Buttoning Up a Torn Rotator CuffSurgeons are constantly looking for ways to improve rotator cuff repair. The rotator cuff is made up of four shoulder muscles whose tendons form a "cuff-like" attachement on the top rim of the shoulder.
A new approach to rotator cuff repair uses an anchoring or fixation device. This is called a button anchor. There are many different kinds of anchors available. Anchors may be made of bone or biodegradable materials such as metal or plastic. The surgeon drills a hole in the large bony bump on the shoulder. The anchor is then inserted through the hole and turned crosswise. The torn tendon is attached to the anchor with tiny stitches.
How do surgeons know the anchor will hold? Studies of new surgical methods begin on human cadavers (bodies preserved for scientific study). After the anchor is put in the cadaver, the arm is moved thousands of times. This mimics the number of times a shoulder would move during a typical six-week rehabilitation program.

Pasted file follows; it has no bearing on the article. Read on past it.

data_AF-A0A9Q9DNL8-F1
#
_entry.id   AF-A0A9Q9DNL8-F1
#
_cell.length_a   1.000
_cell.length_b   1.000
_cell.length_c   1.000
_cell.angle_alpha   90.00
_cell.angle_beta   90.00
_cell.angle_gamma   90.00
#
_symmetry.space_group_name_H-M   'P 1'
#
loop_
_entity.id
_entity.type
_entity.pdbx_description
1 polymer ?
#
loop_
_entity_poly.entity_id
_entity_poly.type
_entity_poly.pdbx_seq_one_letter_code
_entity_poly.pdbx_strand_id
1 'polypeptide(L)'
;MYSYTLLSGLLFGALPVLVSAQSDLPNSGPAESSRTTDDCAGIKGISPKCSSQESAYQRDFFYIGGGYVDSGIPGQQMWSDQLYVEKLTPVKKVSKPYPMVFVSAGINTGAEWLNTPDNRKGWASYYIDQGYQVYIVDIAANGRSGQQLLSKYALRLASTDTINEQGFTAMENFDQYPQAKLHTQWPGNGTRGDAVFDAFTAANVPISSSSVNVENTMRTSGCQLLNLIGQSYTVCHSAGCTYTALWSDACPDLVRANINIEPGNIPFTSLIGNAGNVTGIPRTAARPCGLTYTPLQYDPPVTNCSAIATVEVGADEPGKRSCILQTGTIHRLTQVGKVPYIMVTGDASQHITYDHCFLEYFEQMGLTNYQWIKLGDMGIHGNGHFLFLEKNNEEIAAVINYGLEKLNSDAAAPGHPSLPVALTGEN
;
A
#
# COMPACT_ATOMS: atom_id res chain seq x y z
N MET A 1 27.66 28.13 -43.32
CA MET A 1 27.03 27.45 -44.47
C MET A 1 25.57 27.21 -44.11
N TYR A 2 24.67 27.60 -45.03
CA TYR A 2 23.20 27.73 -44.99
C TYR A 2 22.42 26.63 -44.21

Once this proves successful, the same process is repeated on live pigs. Then human trials begin. Human subjects are carefully followed for at least a year. So far, there have been very few problems. Occasionally, the anchors move or pull out of the bone, and sometimes the stitches break. Overall, however, the anchors hold up very well.
Doctors are beginning to use anchoring devices to button down the soft tissues of the torn rotator cuff. The most successful type of anchor button is made of bone. This anchor holds well and blends in with the original bone in less than six months. With very few complications and impressive results, this new approach to rotator cuff repair looks promising.
Peter M. Bonutti, MD, et al. Use of an Allograft Bone Button for Rotator Cuff Repair. In Orthopedics. February 2002. Vol. 25. No. 2. Pp. 149-703.
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